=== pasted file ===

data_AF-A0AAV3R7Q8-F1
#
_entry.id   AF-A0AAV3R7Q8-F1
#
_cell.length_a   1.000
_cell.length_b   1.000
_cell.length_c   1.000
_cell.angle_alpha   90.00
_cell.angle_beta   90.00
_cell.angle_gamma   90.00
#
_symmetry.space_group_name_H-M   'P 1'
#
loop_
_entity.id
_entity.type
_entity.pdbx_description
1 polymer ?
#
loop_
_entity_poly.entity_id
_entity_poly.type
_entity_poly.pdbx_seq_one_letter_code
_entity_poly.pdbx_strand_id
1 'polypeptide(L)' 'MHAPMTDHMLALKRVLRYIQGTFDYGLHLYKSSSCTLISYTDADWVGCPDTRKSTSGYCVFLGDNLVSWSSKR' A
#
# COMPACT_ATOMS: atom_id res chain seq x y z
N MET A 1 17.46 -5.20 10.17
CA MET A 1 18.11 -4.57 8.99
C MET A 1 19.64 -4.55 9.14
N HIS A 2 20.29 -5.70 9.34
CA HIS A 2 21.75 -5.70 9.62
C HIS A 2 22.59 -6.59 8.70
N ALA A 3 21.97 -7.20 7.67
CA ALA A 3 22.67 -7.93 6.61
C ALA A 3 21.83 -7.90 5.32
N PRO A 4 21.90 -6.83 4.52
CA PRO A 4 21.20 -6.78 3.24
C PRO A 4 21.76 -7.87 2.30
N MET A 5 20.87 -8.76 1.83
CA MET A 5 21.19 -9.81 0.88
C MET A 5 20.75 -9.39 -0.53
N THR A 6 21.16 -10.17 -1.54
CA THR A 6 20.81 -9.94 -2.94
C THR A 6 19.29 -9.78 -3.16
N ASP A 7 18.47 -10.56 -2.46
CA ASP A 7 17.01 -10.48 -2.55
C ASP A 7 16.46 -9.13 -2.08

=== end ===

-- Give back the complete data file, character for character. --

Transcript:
data_AF-A0AAV3R7Q8-F1
#
_entry.id   AF-A0AAV3R7Q8-F1
#
_cell.length_a   1.000
_cell.length_b   1.000
_cell.length_c   1.000
_cell.angle_alpha   90.00
_cell.angle_beta   90.00
_cell.angle_gamma   90.00
#
_symmetry.space_group_name_H-M   'P 1'
#
loop_
_entity.id
_entity.type
_entity.pdbx_description
1 polymer ?
#
loop_
_entity_poly.entity_id
_entity_poly.type
_entity_poly.pdbx_seq_one_letter_code
_entity_poly.pdbx_strand_id
1 'polypeptide(L)' 'MHAPMTDHMLALKRVLRYIQGTFDYGLHLYKSSSCTLISYTDADWVGCPDTRKSTSGYCVFLGDNLVSWSSKR' A
#
# COMPACT_ATOMS: atom_id res chain seq x y z
N MET A 1 17.46 -5.20 10.17
CA MET A 1 18.11 -4.57 8.99
C MET A 1 19.64 -4.55 9.14
N HIS A 2 20.29 -5.70 9.34
CA HIS A 2 21.75 -5.70 9.62
C HIS A 2 22.59 -6.59 8.70
N ALA A 3 21.97 -7.20 7.67
CA ALA A 3 22.67 -7.93 6.61
C ALA A 3 21.83 -7.90 5.32
N PRO A 4 21.90 -6.83 4.52
CA PRO A 4 21.20 -6.78 3.24
C PRO A 4 21.76 -7.87 2.30
N MET A 5 20.87 -8.76 1.83
CA MET A 5 21.19 -9.81 0.88
C MET A 5 20.75 -9.39 -0.53
N THR A 6 21.16 -10.17 -1.54
CA THR A 6 20.81 -9.94 -2.94
C THR A 6 19.29 -9.78 -3.16
N ASP A 7 18.47 -10.56 -2.46
CA ASP A 7 17.01 -10.48 -2.55
C ASP A 7 16.46 -9.13 -2.08